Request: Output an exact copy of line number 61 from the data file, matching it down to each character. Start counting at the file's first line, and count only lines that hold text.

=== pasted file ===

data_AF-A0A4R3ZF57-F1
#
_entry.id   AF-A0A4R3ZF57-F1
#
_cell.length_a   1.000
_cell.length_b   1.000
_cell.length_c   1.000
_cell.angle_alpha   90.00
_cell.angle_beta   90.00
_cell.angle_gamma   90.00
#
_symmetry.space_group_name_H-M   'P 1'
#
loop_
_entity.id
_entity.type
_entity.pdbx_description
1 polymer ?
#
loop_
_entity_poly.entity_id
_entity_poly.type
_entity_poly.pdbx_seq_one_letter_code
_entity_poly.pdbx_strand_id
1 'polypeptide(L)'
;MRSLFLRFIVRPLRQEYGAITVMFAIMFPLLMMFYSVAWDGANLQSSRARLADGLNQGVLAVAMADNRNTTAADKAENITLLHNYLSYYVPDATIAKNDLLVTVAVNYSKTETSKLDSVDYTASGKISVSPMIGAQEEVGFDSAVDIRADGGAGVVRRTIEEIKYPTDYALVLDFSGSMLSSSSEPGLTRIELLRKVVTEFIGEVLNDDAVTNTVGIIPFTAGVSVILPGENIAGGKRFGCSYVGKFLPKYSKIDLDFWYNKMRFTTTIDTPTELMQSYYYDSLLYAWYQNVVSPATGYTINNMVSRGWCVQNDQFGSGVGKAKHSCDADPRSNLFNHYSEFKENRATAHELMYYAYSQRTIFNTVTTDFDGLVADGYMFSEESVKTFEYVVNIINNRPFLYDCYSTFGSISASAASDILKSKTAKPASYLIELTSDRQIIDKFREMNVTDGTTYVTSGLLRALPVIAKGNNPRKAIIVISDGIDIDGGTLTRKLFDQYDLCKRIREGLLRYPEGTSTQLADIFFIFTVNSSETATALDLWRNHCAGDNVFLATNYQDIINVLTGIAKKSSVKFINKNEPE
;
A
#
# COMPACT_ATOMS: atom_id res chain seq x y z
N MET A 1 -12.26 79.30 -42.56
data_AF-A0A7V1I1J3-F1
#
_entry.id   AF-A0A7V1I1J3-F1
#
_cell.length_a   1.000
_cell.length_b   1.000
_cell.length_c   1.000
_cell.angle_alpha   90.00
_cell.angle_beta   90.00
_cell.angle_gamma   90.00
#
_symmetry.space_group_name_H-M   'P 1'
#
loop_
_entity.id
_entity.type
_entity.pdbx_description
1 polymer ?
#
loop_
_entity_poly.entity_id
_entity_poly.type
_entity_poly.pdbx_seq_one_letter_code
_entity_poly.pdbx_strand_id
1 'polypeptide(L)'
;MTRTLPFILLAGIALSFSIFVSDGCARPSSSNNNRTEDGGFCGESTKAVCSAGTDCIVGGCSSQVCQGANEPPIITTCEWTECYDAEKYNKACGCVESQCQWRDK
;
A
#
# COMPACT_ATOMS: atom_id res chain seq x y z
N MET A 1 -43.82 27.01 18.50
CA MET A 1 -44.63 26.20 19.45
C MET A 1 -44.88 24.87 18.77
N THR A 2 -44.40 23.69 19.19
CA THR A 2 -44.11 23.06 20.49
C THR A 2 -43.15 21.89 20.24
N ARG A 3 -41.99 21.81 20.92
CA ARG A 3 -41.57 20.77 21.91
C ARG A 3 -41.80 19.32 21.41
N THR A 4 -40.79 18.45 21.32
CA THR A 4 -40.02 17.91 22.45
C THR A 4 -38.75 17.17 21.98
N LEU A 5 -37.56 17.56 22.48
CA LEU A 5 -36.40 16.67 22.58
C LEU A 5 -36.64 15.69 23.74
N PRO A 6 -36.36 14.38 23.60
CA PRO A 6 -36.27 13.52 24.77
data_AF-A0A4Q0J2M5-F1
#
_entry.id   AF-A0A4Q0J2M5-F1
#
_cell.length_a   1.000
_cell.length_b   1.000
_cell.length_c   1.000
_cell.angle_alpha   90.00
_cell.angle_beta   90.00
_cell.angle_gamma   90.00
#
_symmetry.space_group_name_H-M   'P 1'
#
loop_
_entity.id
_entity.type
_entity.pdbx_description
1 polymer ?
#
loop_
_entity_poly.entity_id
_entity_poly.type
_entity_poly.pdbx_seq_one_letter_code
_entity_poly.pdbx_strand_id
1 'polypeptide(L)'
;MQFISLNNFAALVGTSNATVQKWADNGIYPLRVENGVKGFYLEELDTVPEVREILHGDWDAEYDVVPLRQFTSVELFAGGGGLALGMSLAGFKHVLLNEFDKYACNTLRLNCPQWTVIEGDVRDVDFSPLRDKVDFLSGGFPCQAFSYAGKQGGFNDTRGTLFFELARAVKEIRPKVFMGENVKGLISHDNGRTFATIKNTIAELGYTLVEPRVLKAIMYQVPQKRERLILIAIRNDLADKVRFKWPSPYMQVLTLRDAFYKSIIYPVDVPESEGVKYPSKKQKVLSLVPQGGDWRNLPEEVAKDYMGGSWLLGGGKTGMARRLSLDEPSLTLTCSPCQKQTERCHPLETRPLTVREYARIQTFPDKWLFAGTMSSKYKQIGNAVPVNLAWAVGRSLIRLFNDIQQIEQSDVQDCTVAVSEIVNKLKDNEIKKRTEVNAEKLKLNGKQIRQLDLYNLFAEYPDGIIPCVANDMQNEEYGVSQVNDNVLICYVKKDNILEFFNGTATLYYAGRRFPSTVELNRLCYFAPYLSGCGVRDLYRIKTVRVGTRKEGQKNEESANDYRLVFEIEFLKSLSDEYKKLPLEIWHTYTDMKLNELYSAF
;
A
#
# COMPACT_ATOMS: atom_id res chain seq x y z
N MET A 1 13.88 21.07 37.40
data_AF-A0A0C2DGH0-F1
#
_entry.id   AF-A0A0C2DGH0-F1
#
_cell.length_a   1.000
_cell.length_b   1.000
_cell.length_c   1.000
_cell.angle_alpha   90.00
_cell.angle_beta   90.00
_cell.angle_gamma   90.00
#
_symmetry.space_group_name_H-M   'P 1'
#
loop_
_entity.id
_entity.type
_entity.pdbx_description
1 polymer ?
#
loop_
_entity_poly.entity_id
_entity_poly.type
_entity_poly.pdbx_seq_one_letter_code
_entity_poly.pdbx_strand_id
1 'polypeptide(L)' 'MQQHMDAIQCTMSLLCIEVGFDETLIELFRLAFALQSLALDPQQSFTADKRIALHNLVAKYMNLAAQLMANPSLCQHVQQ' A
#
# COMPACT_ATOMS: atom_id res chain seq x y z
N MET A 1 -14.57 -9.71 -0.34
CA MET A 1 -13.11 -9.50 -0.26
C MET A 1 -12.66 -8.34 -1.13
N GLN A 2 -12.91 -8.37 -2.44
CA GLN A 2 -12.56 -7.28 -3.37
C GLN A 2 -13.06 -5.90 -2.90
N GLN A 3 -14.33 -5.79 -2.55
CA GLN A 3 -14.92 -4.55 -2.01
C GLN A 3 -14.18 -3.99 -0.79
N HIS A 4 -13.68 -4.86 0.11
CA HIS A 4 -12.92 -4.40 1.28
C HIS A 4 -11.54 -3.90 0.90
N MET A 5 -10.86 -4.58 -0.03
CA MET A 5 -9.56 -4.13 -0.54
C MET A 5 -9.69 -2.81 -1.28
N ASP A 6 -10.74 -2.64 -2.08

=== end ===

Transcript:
# COMPACT_ATOMS: atom_id res chain seq x y z